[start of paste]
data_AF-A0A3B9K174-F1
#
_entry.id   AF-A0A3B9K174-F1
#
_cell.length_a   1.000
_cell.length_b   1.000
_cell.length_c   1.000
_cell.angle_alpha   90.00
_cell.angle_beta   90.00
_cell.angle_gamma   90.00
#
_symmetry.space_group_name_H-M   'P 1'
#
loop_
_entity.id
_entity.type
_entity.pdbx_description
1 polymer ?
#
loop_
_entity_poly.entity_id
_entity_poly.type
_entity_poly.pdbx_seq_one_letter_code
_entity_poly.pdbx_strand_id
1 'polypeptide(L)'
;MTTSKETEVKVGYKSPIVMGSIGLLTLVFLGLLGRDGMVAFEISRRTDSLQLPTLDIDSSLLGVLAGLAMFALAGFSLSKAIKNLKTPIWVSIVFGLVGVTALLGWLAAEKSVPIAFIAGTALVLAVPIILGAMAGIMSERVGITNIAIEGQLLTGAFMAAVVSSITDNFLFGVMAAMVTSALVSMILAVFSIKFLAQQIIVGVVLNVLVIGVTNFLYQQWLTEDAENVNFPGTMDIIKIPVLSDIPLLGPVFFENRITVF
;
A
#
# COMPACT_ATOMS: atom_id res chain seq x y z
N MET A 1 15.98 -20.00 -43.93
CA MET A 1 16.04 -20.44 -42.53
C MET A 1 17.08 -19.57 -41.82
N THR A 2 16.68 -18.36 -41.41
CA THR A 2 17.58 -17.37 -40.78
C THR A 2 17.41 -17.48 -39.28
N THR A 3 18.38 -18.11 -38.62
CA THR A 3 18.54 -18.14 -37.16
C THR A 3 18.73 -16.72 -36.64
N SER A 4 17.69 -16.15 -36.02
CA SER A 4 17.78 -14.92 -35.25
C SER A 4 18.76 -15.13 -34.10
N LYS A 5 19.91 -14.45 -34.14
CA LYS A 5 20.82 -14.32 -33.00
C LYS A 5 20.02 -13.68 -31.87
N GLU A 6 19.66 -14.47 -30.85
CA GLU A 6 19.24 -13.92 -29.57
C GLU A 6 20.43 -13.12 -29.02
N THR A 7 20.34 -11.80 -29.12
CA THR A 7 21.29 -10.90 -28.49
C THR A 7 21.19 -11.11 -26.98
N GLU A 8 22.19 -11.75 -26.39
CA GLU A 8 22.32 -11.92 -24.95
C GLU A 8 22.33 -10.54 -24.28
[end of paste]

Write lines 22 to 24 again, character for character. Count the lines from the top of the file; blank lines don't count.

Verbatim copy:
_entity_poly.type
_entity_poly.pdbx_seq_one_letter_code
_entity_poly.pdbx_strand_id